Armed Forces Act
Armed Forces Act (with its variations) is a stock short title used for legislation in India, Malaysia and the United Kingdom relating to armed forces. The bill for an act with this short title will usually have been known as an Armed Forces Bill during its passage through Parliament.
Armed Forces Acts may be a generic name either for legislation bearing that short title or for all legislation which relates to armed forces.
- The Armed Forces (Housing Loans) Act 1949 (c. 77)
- The Armed Forces (Housing Loans) Act 1958 (c. 1)
- The Armed Forces (Housing Loans) Act 1965 (c. 9)
- The Armed Forces Act 1966 (c. 45)
- The Armed Forces Act 1971 (c. 33)
- The Armed Forces Act 1976 (c. 52)
- The Armed Forces Act 1981 (c. 55)
- The Armed Forces Act 1986 (c. 21)
- The Armed Forces Act 1991 (c. 62)
- The Armed Forces Act 1996 (c. 46)
- The Armed Forces Discipline Act 2000 (c. 4)
- The Armed Forces Act 2001 (c. 19)
- The Armed Forces (Pensions and Compensation) Act 2004 (c. 32)
- The Armed Forces Act 2006 (c. 52)
- The Armed Forces Act 2011 (c. 18)
- The Armed Forces Act 2016 (c. 21)
- Rozenberg, Joshua (28 July 2005). "Forces to face single justice body". The Daily Telegraph. Retrieved 15 July 2011.
- Ministry of Defense (16 June 2011). "Armed Forces Bill--Explanatory Notes". The Stationery Office. para. 3. Retrieved 18 June 2014.
For constitutional reasons an Armed Forces Bill is required every five years. The primary purpose of Armed Forces Bills is accordingly to provide for the continuation for a further period of up to five years of the provisions enabling the armed forces to be recruited and maintained as disciplined bodies.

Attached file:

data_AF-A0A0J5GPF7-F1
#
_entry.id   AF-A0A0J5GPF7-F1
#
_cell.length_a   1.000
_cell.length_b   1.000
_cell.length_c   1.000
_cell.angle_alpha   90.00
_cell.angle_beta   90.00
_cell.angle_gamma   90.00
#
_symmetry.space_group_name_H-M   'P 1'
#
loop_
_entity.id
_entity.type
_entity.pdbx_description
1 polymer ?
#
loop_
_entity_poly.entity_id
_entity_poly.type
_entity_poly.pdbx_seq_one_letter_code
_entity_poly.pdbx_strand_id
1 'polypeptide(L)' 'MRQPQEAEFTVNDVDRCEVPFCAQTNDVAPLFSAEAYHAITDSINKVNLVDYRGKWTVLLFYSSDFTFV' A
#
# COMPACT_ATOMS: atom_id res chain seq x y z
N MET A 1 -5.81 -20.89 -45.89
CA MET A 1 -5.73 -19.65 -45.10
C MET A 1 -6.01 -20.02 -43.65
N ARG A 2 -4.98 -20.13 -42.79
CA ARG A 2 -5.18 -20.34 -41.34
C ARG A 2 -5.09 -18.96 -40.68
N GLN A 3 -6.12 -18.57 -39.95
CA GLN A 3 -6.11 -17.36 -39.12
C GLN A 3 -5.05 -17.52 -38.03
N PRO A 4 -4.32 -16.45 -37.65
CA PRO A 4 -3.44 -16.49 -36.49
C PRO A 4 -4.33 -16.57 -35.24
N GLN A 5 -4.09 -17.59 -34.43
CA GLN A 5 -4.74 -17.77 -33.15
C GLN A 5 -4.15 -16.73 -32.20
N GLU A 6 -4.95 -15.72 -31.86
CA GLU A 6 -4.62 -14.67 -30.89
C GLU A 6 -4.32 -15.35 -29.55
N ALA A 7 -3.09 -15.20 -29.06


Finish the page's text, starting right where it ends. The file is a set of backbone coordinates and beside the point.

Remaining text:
- Ministry of Defense (30 November 2005). "Armed Forces Bill--Explanatory Notes". The Stationery Office. para. 14. Retrieved 18 June 2014.
Since 1955 the Army and Air Force Acts (and, since 1971, the Naval Discipline Act) have been subject to renewal by primary legislation every five years and, in each of the intervening years, by an Order in Council approved in draft by both Houses of Parliament. This requirement for Parliamentary agreement for their continuation has its origins in the Bill of Rights 1688, which provides that the raising of a standing army is against the law unless Parliament consents to it. Since the 1950s the five-yearly Bills have been used primarily to make necessary and desirable amendments to the SDAs, often to reflect changes in the civilian criminal law of England and Wales.